In the intermediate case, where the atmosphere is neither optically thick nor thin, one must solve for Tsa and Tg simultaneously, so as to find the values that satisfy both the top-of-atmosphere and surface energy budgets. We'll do this crudely in the present chapter through the introduction of atmospheric transparency factors. Generally speaking, though, when the atmosphere is not too optically thin, the surface budget will have some effect on the temperature of the ground. For Earth this temperature is of interest because the ground is where people live and where much of the biosphere resides as well; for a broad range of planets actual or hypothetical the ground temperature also affects chemical processes which determine atmospheric composition, as well as the melting of ices at the surface. We shall see, however, that it is a fairly common circumstance that the surface fluxes effectively constrain the ground temperature to be nearly equal to the overlying air temperature, so that the climate can be determined without detailed reference to how the surface balance works out.

6.2 Radiative exchange 6.2.1 Shortwave radiation

The surface receives radiant energy in the form of shortwave (solar) and longwave (thermal infrared) flux. The shortwave flux incident on the surface is equal to the shortwave flux incident at the top of the atmosphere, diminished by whatever proportion is absorbed in the atmosphere or scattered back to space. We will call the shortwave flux incident on the ground Sg. The shortwave flux absorbed at the surface is then (1 — ag)Sg, where ag is the albedo of the ground. Sg is affected by clouds, atmospheric absorption and atmospheric Rayleigh scattering.

6.2.2 The behavior of the longwave back-radiation

The longwave radiation striking the surface is the infrared back radiation emitted by the atmosphere, which was discussed in Chapter 4. The back radiation depends on both the greenhouse gas content of the atmosphere - which determines its emissivity - and the temperature profile. When the atmosphere is optically thick in the infrared, most of the back radiation comes from the portions of the atmosphere near the ground, whereas in an optically thinner atmosphere the back radiation comes from higher - and generally colder - parts of the atmosphere, and is correspondingly weaker. If the atmosphere is very optically thin, the back radiation will be weak regardless of the atmospheric temperature profile, simply because an optically thin atmosphere radiates very little. As in Chapter 4, I-s will denote the back radiation integrated over all longwave frequencies. The absorbed infrared flux is then egI-s, where eg is the longwave emissivity of the ground. The ground loses energy by upward radiation at a rate eguT4. Thus, the net infrared cooling of the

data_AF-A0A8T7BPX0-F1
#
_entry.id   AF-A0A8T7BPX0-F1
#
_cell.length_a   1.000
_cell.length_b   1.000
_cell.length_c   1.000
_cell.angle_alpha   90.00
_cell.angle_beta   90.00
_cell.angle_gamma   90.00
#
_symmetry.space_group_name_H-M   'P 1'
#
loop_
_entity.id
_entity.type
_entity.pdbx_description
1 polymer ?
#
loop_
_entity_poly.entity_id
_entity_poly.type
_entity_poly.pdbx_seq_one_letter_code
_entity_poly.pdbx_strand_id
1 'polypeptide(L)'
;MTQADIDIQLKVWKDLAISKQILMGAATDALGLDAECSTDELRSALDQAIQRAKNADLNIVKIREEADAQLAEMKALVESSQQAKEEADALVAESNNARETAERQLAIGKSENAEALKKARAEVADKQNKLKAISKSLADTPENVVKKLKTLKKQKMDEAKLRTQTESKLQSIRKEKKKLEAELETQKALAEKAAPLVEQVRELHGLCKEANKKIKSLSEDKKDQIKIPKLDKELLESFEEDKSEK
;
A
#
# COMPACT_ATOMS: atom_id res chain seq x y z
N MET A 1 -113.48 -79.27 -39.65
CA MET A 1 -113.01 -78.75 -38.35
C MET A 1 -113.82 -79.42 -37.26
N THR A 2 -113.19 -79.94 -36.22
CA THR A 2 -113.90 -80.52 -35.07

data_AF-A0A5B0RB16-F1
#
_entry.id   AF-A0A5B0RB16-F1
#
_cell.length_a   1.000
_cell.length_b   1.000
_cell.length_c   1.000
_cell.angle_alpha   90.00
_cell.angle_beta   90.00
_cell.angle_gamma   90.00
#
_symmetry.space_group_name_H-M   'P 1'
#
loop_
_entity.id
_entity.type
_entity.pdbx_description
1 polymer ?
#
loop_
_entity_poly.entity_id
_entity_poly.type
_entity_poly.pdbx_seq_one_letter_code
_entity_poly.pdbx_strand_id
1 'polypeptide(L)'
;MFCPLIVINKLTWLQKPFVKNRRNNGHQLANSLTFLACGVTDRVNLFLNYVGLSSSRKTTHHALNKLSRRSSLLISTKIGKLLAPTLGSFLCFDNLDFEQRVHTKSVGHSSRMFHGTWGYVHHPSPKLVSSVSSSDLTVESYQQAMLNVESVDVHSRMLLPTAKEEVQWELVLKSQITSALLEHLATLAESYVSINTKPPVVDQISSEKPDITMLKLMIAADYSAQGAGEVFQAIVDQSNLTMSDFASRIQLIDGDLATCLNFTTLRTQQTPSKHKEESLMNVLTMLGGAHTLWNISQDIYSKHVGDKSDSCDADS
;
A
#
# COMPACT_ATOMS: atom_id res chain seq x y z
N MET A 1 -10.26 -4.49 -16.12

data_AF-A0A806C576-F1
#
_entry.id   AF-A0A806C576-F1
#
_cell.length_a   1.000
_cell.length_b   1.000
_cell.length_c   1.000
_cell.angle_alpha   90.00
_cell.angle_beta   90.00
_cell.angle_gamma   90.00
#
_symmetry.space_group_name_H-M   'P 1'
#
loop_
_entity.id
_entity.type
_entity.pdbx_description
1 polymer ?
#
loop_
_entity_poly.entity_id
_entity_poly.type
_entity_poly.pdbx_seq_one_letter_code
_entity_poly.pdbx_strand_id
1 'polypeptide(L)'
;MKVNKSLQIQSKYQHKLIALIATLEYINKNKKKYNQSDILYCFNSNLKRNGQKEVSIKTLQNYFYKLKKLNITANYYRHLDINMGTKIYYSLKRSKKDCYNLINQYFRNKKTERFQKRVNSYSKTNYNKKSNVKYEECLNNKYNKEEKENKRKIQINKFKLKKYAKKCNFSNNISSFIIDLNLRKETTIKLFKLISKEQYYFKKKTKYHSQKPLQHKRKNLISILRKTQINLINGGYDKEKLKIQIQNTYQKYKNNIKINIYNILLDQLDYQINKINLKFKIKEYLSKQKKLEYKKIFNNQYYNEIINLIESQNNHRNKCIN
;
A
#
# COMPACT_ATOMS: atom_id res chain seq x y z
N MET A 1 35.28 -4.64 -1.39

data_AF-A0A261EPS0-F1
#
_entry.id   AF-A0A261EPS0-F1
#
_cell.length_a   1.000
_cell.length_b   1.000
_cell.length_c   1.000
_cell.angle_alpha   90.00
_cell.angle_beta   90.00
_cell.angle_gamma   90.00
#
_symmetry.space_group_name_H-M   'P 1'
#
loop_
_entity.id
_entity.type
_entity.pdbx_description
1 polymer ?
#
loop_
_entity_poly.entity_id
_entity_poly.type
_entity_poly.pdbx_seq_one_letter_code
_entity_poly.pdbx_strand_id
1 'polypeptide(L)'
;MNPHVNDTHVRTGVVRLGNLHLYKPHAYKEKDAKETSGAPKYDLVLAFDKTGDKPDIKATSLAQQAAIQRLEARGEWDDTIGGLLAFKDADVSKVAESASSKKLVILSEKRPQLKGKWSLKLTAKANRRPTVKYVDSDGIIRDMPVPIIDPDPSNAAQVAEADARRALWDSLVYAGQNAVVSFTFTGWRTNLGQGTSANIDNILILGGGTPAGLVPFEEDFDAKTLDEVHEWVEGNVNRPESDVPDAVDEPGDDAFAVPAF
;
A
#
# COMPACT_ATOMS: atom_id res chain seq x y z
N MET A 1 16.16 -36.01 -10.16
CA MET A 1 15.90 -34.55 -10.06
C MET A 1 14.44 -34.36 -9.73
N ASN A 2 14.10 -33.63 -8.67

Surface Cooling Factor, Moist Case

Surface Cooling Factor, Moist Case

180 200 220 240 260 280 300 320 Surface Temperature (K)

Surface Cooling Factor, Dry Case

Surface Cooling Factor, Dry Case

180 200 220 240 260 280 300 320 Surface Temperature (K)

Figure 6.1: Surface cooling factor e* for a 1bar Nitrogen-Oxygen atmosphere with water vapor and CO2. The surface gravity is that for Earth. In the left panel, the calculations were done with free tropospheric relative humidity set to 50%, and low-level relative humidity set to 80%. Results in the right panel are for a dry atmosphere (zero relative humidity, but with the temperature profile kept the same as in the moist case). In both cases, the numbers on the curves indicate the partial pressure of CO2 in mb.

ground is